There were very few rules and the fight would go on until one fighter was unable to continue or would give up, seconds would wait in the ring assist the boxer between rounds. The bareknuckle fights were often brutal and severe injuries or death were not uncommon. The ‘Fancy’ was the name given to aristocrats who followed the sport in the 18th and 19th centuries. Although all sections of society followed the sport and fights could attract huge amounts of gamblers’ money.

Isle of Dogs 1837

A news report from 1832 illustrates that even with relatively small purses, people were willing to fight and risk serious injury or death.


The Fancy – Two Men Killed

On Wednesday night, an inquisition was held at the King’s Head, Church-street. Deptford, before Joseph Carter, Esq. Coroner and a respectable jury, on the body of Richard Dodd, aged 27 years, who was killed under the following deplorable circumstances.-

The deceased was a shoe-maker, and resided in Whiteheart-yard, Coleman street, A month since, a match was made between him and a man named James Cox, a shoemaker at the Crispin public-house, Milton street to fight for two sovereigns, and Monday last was fixed for the fight. The two men dined together at the house of the deceased, and were quite friendly. After dinner they, with a host of their partisans, proceeded to Battersea fields, where they fought 17 rounds, but being disturbed by the new police, the seconds proposed that they should proceed to the Isle of Dogs to terminate the fight. Thither they went, and a ring was formed near the Ferry house; but before the men set-to, they expressed a wish to draw the stakes and shake hands. The stakeholder, a man named Jordan, refused to give them up, saying, the money was placed in his hands for the men to fight, and he would be d-d if they should not. Many persons, and the men themselves remonstrated, but he and the seconds were inexorable, and the men then commenced fighting. Several blows were given on both sides, and the friends of Cox cried on to him “Kill him, murder him,”.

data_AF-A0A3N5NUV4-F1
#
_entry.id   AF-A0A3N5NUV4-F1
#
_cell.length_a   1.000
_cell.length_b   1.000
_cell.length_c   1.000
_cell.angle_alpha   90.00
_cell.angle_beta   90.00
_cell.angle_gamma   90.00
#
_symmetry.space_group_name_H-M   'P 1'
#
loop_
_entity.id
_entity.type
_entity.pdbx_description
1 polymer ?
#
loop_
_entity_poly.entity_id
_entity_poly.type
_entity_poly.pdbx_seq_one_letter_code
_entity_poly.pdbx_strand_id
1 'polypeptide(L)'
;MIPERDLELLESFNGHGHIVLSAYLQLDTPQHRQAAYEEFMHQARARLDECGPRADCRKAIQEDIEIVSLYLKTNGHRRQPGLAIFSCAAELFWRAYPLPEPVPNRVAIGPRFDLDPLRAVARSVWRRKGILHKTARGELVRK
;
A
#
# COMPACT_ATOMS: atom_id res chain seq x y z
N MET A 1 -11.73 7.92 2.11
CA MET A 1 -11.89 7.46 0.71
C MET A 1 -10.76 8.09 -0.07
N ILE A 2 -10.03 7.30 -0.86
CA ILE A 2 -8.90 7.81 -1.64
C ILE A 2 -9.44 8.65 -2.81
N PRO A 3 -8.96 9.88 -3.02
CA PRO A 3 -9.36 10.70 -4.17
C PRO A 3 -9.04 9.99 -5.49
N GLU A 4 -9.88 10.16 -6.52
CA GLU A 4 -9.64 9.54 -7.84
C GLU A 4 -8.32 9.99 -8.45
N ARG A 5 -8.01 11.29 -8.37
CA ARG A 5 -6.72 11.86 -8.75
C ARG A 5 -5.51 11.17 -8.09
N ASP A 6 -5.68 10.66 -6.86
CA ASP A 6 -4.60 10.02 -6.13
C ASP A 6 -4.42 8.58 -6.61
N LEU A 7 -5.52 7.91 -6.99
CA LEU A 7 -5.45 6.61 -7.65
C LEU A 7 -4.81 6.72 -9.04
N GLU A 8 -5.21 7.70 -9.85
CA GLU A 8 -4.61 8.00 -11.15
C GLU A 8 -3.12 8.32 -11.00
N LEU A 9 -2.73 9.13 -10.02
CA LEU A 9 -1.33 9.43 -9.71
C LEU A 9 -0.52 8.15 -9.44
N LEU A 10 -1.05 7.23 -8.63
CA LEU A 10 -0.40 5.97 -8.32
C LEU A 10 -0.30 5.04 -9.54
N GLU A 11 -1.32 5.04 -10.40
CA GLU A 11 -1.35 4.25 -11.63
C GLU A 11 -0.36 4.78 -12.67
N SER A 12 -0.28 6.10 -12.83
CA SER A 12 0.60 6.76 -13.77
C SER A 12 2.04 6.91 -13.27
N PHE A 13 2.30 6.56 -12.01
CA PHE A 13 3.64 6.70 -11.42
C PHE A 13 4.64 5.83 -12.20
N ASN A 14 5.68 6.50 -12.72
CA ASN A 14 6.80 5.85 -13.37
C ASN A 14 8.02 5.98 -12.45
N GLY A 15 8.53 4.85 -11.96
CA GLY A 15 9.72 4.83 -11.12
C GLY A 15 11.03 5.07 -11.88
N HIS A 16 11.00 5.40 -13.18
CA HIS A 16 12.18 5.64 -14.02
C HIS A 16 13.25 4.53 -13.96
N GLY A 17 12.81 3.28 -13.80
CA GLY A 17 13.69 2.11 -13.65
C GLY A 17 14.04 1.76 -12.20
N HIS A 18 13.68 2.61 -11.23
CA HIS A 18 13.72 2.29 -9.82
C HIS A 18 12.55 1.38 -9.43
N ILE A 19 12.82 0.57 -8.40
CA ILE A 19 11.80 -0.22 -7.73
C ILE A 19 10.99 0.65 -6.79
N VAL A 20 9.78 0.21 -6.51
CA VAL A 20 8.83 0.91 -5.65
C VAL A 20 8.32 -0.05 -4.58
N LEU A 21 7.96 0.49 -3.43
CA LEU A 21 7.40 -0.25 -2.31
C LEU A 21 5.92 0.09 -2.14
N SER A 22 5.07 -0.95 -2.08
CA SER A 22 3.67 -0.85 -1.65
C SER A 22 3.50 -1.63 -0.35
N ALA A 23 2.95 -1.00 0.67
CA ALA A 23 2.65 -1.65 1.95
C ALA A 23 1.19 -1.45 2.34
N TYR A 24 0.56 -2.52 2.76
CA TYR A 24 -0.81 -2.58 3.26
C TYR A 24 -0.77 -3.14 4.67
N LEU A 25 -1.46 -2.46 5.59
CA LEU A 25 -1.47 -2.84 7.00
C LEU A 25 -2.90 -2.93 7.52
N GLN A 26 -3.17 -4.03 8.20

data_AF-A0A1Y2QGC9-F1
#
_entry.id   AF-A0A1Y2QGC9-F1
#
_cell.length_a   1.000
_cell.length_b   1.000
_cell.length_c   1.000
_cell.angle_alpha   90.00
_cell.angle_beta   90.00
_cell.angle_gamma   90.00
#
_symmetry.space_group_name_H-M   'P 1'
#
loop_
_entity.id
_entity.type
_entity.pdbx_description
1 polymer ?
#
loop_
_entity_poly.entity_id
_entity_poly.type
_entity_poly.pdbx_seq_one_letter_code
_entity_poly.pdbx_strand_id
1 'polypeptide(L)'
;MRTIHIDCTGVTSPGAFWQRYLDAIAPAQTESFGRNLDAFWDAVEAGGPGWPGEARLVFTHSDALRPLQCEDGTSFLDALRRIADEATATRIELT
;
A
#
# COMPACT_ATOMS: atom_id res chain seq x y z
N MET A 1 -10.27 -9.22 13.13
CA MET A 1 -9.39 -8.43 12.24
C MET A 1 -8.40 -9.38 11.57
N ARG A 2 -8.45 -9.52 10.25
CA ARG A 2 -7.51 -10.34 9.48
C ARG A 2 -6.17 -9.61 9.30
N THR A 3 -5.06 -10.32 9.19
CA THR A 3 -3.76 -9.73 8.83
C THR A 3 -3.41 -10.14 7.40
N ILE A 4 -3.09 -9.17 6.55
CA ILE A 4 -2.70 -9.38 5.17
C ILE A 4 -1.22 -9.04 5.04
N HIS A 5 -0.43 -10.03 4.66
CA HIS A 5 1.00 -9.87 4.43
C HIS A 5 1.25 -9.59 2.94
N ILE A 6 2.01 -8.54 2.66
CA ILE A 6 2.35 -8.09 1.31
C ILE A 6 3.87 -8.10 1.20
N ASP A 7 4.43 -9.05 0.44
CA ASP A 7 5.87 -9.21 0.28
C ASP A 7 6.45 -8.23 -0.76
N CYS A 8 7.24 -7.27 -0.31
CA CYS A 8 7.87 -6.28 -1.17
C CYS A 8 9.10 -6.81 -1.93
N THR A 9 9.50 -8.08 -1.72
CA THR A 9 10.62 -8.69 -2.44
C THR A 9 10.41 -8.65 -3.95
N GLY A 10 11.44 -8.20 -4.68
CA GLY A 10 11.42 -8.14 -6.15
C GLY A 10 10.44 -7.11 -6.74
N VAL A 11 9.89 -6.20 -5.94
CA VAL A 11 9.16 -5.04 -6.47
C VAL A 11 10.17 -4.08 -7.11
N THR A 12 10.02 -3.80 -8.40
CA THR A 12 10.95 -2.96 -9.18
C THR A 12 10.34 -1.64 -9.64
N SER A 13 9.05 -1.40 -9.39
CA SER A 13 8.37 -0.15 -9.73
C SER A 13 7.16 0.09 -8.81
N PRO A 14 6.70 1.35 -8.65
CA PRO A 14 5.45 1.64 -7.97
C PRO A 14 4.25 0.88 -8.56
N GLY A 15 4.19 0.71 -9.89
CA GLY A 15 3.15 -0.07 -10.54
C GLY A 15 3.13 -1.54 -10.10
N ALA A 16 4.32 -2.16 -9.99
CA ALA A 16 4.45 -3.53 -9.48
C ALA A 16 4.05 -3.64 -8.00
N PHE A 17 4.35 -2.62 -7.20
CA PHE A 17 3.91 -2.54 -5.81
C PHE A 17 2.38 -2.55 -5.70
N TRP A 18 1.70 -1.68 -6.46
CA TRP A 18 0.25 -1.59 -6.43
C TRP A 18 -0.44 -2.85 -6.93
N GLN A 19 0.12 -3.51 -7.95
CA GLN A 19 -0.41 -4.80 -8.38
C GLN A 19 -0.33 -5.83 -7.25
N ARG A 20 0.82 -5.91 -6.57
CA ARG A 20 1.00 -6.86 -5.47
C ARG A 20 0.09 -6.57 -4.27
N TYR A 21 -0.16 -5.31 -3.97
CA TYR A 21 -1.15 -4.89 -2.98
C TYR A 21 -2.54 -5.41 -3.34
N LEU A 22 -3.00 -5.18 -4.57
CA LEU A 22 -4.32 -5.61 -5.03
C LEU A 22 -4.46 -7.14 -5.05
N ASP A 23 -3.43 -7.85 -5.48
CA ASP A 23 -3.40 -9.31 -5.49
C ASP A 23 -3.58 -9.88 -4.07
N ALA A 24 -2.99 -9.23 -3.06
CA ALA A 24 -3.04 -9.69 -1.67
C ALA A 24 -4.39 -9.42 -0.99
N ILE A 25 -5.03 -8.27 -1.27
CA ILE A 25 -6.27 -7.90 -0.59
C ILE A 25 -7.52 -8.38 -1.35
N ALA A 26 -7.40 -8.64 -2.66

After about 14 rounds, both men fell insensible to the ground, and were unable to come life, and they lay on the grass to all appearances dead. Dodd was carried in a boat to the Grampus Hospital ship, where he was attended to by Dr. Lawson, and every thing that was possible was done to restore animation, but all to no purpose, and lie expired about an hour after. Cox was conveyed home in a dying state in a coach, and the news arrived at the inquest-room, on Wednesday, night, that he had also expired.

Several witnesses were examined, but they were unable to identify any of the parties engaged in the fight, with the exception of one man named Green, who held the clothes of the deceased. He was apprehended and carried to the cage at Deptford ; the others have at present escaped. Dr. Lawson stated, that he had made a post mortem examination of the body, which was most frightfully disfigured and found upwards of three ounces of coagulated blood on the brain, which was cause of death. At 11 o’clock, the Jury came to a determination to adjourn for further evidence to Friday, and the Coroner issued warrants against the seconds, and Jordan the stakeholder, to enforce their attendance.

Both deceased persons were married men, and have left families to deplore their untimely death.

This tragic event on the Island is a reminder that for many years in the 18th and 19th century, the Isle of Dogs had an unfortunate reputation from pirates hanging from gibbets to illegal fights.